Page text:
BRANFORD, CT - Sensitive to criticism from some that Airbnb rentals can be the scene of excessive partying, the company has announced new nationwide regulations designed to crackdown on such behavior. In a press release Thursday, the company stated: "Today, we're announcing three steps forward in protecting our host and guest community and the communities in which we operate: guest standards, details about our Party House Ban policy, and a dedicated line of communication for mayors and city officials to reach Airbnb in 2020. These announcements are part of a continued commitment to develop technological and human interventions to prevent, detect, and respond to safety issues that undermine trust within our community. "Between August 1, 2018 and July 31, 2019, 0.05 percent of trips on Airbnb had a safety-related issue reported by a host or guest and 0.03 percent of trips on Airbnb had a significant claim paid out under our Host Guarantee. While these events are rare, we must continue to … [Read more...] about Airbnb: New Rules To Stop Noise, Parties in Branford, Other Towns
Bureaucracy rules and regulations
The black dust that caked Margaret Gordon’s Venetian blinds was the first bad omen. Her West Oakland neighborhood, criss-crossed by freeways and nestled close to a busy port, was gradually poisoning her lungs, she says. When Gordon moved to an affordable housing complex on 7th and Willow Streets in 1992, she could hear trucks rumbling by throughout the day, shipping goods from the port, crawling along the Interstate 880 underpass and rolling out of the post office parking lot. Gordon was diagnosed with asthma, as were her two grandchildren, who lived in the same building. Respiratory ailments were so widespread among children in the neighborhood that the nurse at Prescott Elementary School carried a shoebox full of inhalers. Two decades later, air pollution still looms near ports and freeways. The transportation sector accounts for 41% of greenhouse gas emissions in California, and 10% derives from heavy trucks, which comprise only 4% of all vehicles on the road. The California … [Read more...] about Heavy trucks are among California’s biggest polluters. Can the state make them go electric?
At 585 feet, the Anaconda Smelter Stack looms large over rural western Montana. The Washington Monument-sized pillar stands as a reminder of the state’s mining history and, to neighboring landowners, of the tons of toxic pollutants dumped on them and their properties for decades. The smokestack is the center of a Supreme Court case heard this week, asking whether the neighbors can sue the polluter for the costs to clean up their properties. This case is an important reminder that, rather than property rights and the environment being at odds, property rights are our most important tool for protecting the environment. Historically, the primary protections against pollution were property-rights guarantees against unwanted trespass or interference with the enjoyment of private property. If someone dumped toxins in a river, downstream property owners could sue, demanding that he stop and pay for the damage he caused. This discouraged harmful pollution by forcing would-be … [Read more...] about In pollution case, the Supreme Court should side with property rights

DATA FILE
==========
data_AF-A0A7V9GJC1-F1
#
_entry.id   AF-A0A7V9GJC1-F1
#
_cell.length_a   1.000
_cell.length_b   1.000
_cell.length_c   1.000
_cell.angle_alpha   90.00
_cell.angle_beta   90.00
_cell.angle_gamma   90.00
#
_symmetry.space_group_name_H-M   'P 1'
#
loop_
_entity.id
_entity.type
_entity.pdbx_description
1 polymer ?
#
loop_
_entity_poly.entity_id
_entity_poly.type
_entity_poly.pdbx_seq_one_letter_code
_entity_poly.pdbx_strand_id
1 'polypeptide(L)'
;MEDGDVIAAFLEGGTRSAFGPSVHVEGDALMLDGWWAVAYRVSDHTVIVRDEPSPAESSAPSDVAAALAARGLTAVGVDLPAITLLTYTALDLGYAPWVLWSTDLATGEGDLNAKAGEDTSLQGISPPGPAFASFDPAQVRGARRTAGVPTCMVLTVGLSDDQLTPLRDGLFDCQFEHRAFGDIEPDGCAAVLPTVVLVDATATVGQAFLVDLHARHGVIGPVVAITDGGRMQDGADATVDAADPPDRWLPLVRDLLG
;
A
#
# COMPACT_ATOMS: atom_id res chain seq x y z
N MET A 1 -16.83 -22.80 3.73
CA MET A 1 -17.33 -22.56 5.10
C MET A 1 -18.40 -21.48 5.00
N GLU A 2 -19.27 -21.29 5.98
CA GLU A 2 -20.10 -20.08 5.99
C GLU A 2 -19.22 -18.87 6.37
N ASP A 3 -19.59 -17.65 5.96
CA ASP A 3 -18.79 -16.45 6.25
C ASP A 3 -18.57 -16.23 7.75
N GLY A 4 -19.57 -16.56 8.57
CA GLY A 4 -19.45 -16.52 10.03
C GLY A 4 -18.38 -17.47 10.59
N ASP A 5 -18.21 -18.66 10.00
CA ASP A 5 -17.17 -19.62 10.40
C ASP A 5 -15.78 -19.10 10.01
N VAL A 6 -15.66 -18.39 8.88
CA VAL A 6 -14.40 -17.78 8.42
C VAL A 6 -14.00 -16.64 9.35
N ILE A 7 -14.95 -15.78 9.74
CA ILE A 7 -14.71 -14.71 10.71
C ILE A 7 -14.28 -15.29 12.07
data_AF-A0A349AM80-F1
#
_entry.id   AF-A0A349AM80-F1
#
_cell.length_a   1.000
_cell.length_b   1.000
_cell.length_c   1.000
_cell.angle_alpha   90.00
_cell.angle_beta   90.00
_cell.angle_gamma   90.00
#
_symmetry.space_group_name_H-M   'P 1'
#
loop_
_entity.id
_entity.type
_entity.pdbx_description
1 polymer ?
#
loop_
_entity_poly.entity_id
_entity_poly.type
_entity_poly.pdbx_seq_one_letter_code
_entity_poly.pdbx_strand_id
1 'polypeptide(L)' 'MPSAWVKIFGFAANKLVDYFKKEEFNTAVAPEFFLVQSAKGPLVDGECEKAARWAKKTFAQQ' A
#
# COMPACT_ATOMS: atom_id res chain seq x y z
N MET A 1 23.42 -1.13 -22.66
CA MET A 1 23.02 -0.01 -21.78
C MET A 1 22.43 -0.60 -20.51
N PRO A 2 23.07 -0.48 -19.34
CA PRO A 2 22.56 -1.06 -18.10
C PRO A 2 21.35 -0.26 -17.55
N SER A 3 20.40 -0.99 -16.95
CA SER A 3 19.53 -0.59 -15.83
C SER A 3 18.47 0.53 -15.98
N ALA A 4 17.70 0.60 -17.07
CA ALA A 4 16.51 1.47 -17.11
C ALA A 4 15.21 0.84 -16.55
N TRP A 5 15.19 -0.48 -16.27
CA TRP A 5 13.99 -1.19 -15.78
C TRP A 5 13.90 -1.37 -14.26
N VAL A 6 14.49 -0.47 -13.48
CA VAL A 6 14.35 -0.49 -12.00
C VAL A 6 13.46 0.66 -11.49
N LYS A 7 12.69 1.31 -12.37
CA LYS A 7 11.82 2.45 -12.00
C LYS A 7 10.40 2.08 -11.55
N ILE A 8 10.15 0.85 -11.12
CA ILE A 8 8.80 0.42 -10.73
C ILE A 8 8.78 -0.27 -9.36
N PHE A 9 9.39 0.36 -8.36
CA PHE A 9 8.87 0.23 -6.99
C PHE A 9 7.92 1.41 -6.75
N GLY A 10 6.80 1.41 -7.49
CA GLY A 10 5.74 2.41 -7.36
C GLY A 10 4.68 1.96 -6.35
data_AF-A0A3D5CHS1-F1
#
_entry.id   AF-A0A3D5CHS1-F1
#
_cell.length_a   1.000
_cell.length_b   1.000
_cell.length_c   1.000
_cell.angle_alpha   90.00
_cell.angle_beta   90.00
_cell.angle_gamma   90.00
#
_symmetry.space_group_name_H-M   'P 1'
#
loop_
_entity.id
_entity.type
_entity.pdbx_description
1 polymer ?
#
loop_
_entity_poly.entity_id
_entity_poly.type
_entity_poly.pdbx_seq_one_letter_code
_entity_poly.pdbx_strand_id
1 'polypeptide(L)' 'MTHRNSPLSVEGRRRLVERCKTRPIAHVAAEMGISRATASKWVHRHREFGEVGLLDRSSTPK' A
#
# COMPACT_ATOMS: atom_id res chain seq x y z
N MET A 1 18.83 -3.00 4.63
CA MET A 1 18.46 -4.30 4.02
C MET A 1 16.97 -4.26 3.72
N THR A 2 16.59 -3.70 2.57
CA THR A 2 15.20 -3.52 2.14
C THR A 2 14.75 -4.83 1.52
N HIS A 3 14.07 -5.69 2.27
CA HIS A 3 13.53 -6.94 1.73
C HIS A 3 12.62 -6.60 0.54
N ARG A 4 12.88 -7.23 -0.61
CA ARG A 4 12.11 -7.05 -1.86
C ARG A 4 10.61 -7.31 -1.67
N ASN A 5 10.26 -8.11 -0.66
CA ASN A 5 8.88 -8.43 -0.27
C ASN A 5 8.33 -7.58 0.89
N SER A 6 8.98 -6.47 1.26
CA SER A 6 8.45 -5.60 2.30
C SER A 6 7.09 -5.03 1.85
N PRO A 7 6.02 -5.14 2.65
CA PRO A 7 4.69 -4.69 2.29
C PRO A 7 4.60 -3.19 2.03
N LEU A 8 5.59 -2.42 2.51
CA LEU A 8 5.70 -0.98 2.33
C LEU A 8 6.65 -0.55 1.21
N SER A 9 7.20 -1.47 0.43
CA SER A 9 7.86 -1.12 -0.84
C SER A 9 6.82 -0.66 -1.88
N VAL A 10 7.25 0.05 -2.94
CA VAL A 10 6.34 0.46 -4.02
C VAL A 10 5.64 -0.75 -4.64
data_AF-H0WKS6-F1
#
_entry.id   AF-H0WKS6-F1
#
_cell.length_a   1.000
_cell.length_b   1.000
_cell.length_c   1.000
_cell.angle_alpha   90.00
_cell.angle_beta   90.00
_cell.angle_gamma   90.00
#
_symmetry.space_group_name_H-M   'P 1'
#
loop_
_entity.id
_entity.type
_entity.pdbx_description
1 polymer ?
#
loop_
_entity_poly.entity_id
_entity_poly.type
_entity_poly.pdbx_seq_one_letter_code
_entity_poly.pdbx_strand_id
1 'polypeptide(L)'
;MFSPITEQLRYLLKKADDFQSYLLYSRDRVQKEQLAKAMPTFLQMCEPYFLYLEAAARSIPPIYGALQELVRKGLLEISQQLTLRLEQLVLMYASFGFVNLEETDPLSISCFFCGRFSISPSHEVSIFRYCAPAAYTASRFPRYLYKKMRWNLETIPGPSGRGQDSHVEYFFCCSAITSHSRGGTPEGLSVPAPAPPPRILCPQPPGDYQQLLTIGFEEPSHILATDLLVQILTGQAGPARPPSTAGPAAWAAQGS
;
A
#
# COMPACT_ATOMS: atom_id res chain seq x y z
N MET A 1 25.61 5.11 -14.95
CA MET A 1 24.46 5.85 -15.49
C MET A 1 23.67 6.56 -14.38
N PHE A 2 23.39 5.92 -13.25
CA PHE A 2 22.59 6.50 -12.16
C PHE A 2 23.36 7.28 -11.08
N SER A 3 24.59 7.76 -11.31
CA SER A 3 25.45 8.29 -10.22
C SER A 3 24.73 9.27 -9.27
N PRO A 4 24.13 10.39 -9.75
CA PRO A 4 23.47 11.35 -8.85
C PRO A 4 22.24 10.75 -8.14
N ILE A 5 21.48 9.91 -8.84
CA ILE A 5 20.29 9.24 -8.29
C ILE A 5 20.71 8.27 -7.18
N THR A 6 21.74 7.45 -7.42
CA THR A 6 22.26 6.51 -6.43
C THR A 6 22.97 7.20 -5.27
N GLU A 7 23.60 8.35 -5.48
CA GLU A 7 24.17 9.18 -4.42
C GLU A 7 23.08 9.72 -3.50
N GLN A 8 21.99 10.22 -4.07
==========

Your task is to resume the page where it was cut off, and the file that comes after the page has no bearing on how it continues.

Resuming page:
Good morning, Bay Area. It’s Friday, Dec. 6, and San Francisco Opera has a new creative leader, and one of our writers found an old Market Street idea that’s new again. Here’s what you need to know to start your day. Fighting for expensive insurance When Sean Coffey and his wife, Elizabeth, bought their Oakland hills home in 2015, “it was a scramble” to get insurance. A year later, they got a nonrenewal notice and had to find another insurer. The next year, that company declined to renew. Their third company insured them for two years, then dropped them. So on Thursday, it was in front of Coffey’s house where California Insurance Commissioner Ricardo Lara announced a list of ZIP codes where state-regulated insurance companies will be prohibited from not renewing policies for homes in or adjacent to recent wildfire disaster zones for one year — and called on insurance companies to do more. Read more from Kathleen Pender. S.F. Opera’s new … [Read more...] about Bay Briefing: Three times insured, three times dropped
Here are the stories you shouldn’t miss today:TOP STORIES‘No Choice but to Act’Speaker Nancy Pelosi has announced that she is asking House committees to move to impeach President Trump, taking a major step toward making him just the third president in American history to face that sanction. Advertisement “His wrongdoing strikes at the very heart of our Constitution,” Pelosi said of Trump. “Our democracy is what is at stake. The president leaves us no choice but to act.”In a news conference, Pelosi would not discuss the potential contents of the articles of impeachment, saying that was a decision left to the chairmen of the relevant committees. But her statement has set off a whirlwind of activity that is expected to culminate in a full House vote on impeaching the president shortly before Christmas.Meanwhile, House Minority Leader Kevin McCarthy repeated his party’s charge that Democrats had entered the impeachment process with their … [Read more...] about Newsletter: ‘No choice but to act’